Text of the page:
Historical information

In 1902, William E Sessions and other family members purchased a controlling interest in the E.N. Welch Company, a clock manufacturer located in Forestville, Connecticut. Sessions' father owned a foundry located in the town of Bristol, Connecticut that produced cases for E.N Welch Co. On January 9, 1903, the company was reorganized and registered as The “Sessions Clock Company”.
Within a few years the Sessions Clock Company was producing clock movements, cases, dials, artwork and castings for their line of mechanical clocks. Between 1903 and 1933 Sessions produced 52 models of mechanical clocks, ranging from Advertisers, large and small clocks with logos of various businesses, to wall, or regulator clocks, and shelf or mantel clocks, designed for the home. Many of the Session clocks from this period are prized by collectors.
In 1930, the company expanded to produce electric clocks and timers for radios, while continuing to produce traditional brass mechanical movements. Beginning at the end of World War II Sessions W Model (electric) was widely used by various casting companies for their clocks. The dial of the W Model read Movement by Sessions. In the early 1950s Sessions begin to produce timers for television.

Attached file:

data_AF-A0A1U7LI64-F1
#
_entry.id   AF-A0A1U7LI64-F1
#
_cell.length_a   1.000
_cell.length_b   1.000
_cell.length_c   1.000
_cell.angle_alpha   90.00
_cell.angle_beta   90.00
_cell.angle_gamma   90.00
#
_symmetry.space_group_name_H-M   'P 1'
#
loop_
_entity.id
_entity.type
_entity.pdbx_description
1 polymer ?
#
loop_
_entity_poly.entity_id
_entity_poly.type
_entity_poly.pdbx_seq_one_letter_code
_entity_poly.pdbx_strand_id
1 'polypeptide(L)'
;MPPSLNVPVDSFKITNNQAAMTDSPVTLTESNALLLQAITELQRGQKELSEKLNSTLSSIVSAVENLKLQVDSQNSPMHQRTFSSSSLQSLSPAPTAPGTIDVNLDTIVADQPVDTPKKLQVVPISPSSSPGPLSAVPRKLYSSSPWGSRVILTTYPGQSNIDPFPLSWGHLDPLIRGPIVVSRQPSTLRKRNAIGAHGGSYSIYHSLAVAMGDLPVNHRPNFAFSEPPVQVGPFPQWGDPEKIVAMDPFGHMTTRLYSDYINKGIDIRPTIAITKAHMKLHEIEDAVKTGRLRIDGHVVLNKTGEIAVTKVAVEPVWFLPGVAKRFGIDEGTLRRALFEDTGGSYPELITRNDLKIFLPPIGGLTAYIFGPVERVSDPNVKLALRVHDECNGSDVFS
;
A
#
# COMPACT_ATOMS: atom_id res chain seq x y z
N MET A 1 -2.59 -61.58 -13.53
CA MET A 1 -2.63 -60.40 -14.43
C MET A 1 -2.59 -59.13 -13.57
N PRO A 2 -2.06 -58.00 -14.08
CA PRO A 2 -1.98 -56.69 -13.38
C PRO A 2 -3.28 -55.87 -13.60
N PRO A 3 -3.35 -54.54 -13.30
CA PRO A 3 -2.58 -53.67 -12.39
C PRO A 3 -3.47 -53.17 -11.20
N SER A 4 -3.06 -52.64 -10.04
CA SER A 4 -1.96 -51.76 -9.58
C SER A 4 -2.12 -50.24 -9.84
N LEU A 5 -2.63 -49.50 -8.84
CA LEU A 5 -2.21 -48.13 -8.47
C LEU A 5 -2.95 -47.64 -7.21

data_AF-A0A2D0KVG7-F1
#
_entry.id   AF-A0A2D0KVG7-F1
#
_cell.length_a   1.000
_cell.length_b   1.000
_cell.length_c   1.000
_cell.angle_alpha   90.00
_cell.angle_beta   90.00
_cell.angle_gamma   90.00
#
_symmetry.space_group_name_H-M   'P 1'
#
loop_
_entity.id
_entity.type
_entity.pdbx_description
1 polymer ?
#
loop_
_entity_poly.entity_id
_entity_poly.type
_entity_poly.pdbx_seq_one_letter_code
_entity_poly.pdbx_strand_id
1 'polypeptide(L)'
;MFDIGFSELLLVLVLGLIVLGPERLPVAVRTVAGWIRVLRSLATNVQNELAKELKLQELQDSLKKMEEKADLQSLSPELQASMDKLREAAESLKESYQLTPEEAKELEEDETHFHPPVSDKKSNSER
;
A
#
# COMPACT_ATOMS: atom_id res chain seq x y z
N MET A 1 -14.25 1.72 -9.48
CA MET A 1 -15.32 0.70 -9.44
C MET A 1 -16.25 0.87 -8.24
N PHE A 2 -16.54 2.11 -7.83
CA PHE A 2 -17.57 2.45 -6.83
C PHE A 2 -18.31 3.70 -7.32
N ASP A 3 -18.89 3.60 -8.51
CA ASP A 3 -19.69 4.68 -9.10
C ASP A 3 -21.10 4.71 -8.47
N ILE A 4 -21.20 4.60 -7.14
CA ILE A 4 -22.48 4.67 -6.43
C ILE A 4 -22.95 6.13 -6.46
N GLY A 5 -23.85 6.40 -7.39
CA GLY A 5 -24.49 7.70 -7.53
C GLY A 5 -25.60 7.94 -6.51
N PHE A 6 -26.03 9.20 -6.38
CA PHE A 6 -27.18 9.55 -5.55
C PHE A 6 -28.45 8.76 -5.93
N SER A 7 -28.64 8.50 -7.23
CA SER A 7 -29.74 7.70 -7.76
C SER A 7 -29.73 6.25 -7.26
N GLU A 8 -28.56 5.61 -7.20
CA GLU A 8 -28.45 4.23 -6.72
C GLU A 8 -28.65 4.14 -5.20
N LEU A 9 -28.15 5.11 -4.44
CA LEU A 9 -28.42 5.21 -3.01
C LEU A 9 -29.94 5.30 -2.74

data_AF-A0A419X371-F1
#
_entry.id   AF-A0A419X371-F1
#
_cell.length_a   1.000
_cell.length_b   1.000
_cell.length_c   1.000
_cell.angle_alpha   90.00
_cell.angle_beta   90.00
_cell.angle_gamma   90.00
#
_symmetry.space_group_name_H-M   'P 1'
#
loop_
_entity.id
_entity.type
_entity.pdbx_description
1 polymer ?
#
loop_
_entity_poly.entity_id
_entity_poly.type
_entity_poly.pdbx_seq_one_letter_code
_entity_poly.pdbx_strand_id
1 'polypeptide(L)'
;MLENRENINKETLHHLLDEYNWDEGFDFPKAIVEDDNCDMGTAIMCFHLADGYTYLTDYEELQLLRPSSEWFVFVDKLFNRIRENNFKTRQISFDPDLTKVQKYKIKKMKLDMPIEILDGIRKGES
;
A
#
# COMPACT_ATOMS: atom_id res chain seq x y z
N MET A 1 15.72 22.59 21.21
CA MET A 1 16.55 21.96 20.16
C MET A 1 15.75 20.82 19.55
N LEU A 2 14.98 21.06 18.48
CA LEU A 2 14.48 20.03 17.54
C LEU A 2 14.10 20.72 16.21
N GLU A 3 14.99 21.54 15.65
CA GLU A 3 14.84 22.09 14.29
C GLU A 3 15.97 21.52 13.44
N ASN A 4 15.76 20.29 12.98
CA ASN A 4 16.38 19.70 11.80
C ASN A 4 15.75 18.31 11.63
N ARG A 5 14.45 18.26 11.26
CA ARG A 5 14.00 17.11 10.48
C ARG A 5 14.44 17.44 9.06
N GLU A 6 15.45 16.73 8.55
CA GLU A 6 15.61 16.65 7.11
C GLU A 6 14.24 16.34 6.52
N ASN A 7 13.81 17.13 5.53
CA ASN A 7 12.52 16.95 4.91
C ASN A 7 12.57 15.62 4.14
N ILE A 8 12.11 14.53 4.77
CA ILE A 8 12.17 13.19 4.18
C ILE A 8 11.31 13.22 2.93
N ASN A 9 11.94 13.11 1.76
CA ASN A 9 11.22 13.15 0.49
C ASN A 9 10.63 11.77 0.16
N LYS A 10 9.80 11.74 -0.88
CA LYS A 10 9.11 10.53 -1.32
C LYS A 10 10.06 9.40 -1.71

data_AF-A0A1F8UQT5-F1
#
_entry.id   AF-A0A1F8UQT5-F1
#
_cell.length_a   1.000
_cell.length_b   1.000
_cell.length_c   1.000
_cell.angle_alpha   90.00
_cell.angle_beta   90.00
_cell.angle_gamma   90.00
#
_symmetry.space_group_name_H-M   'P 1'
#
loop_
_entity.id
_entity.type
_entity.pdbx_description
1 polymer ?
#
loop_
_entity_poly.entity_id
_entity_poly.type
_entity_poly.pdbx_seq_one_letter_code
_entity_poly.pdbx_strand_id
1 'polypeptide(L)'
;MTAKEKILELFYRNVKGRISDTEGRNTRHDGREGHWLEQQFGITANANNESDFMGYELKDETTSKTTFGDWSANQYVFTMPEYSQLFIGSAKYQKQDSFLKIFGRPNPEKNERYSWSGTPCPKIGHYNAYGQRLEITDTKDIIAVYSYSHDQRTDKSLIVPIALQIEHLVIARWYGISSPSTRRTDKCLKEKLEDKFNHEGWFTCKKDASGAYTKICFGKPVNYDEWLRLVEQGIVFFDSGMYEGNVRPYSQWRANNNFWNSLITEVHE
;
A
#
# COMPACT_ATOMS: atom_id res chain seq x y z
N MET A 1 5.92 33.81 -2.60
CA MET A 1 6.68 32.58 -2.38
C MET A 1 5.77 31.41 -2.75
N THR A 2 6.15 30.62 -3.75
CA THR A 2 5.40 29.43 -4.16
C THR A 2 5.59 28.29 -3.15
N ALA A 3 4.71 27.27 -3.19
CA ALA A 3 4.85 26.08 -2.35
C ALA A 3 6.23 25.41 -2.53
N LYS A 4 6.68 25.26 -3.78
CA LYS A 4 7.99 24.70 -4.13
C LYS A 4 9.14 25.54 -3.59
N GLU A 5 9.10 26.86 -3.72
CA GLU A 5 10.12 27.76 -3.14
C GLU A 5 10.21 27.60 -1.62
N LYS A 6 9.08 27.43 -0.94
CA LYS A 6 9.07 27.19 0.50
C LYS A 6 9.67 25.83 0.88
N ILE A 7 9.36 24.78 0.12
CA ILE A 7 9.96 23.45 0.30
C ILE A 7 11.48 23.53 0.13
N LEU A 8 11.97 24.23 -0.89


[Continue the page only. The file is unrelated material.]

In 1956, Sessions was absorbed by a company interested mainly in their timing devices. In 1959, William K. Sessions, grandson of William E. Sessions left the Sessions Clock Company and formed the New England Clock Company. In 1960, one of the Sessions Clock buildings was sold to the Bristol Instrument Gears Company.
Kept as the Sessions Company, the new owners ran the operation until 1969 when changes in the market forced the Sessions Company into liquidation. In 1970, the remaining buildings were sold to Dabko Industries, a machine parts manufacturer.


The item marks a time when clock production in America was at it’s peak producing clocks for sale in many countries, they were keenly priced, mass produced and available to all. The company had a relatively short life span life regards clock manufacture later diversifying into electric timer mechanisms. Yet it was perhaps inevitable with the advent of electricity along with stiff competition from other clock manufactures that would ultimately herald the end in 1935 of the Sessions company's ability to continue manufacturing mechanical clocks.

Physical description

Clock mantle type face set in a painted black case designed to represent a Greek building with gold decorative pillars. Free standing with decorative feet.

Inscriptions & markings

No markings or inscriptions on clock case or mechanism